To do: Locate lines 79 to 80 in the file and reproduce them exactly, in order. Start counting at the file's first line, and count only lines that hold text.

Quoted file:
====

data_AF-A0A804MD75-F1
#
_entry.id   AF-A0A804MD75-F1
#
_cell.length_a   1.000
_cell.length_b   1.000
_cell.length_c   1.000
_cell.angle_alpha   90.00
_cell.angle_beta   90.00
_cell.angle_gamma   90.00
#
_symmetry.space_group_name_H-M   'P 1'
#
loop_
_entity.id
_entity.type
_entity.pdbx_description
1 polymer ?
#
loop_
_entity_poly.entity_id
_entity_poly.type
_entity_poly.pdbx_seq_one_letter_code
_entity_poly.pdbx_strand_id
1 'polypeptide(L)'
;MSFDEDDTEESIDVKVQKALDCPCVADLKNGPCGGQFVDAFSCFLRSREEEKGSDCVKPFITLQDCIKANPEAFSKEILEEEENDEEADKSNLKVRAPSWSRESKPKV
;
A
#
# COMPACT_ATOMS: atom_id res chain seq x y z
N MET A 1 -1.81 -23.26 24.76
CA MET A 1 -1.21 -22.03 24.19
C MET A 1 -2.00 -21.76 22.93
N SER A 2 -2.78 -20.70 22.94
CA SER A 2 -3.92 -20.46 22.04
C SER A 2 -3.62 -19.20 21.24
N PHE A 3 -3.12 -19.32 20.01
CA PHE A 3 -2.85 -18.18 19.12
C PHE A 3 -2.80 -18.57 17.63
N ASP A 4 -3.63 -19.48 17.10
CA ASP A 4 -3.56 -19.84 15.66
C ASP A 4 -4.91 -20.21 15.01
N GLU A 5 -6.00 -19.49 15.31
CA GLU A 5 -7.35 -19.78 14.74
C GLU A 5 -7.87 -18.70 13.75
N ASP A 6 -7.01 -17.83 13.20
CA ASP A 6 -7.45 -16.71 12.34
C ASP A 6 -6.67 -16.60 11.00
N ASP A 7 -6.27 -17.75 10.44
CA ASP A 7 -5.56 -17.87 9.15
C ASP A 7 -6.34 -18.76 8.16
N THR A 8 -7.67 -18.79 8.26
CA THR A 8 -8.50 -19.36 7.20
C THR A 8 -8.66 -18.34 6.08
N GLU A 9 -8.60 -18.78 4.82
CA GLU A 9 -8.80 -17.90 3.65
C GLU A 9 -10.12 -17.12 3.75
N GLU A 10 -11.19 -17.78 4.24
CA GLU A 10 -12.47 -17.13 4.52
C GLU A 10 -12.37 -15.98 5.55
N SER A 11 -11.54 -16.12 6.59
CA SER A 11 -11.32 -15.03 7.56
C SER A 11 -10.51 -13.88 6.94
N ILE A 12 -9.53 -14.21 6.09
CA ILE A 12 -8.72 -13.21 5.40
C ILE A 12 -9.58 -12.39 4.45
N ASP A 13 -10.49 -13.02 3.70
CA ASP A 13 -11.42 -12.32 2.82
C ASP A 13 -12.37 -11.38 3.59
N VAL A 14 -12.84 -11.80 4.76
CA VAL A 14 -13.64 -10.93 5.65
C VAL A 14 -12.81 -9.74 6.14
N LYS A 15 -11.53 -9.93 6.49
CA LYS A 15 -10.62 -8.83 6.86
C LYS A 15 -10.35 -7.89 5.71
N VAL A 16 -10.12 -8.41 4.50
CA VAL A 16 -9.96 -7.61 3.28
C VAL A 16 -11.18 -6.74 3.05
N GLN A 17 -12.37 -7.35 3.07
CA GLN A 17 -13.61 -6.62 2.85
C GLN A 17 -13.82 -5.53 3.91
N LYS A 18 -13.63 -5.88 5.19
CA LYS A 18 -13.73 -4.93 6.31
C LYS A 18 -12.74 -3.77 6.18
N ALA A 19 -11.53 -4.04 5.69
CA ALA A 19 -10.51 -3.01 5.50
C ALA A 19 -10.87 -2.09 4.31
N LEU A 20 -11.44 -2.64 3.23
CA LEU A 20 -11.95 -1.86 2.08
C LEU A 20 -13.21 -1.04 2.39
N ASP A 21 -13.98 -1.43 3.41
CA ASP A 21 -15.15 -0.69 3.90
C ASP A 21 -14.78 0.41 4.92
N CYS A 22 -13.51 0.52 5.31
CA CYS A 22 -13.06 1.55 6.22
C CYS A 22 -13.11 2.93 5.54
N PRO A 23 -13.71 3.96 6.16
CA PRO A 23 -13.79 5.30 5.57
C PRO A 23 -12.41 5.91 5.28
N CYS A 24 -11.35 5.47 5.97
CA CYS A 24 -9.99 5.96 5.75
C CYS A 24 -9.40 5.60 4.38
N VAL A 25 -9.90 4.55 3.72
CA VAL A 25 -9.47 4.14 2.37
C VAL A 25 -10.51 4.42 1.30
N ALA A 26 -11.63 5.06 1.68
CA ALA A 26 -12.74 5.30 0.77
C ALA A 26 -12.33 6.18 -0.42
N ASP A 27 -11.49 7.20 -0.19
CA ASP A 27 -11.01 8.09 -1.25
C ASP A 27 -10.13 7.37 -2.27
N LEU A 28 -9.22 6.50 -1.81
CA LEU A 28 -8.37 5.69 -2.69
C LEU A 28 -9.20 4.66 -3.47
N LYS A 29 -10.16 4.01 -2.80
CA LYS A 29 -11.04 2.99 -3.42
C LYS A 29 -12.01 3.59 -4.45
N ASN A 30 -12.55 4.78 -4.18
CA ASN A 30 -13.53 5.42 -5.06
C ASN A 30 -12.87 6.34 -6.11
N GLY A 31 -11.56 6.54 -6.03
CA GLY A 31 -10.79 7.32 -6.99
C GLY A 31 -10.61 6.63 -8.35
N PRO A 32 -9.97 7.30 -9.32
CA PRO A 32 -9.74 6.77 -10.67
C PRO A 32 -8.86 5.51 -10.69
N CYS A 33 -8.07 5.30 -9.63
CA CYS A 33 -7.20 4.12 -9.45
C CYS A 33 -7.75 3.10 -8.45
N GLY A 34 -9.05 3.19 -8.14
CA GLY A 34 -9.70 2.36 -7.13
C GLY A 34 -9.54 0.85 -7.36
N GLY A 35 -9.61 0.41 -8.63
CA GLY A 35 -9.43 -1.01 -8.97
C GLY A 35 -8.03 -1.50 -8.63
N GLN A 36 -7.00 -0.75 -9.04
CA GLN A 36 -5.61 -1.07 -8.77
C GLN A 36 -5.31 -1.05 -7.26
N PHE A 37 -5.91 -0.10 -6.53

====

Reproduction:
N GLN A 17 -12.37 -7.35 3.07
CA GLN A 17 -13.61 -6.62 2.85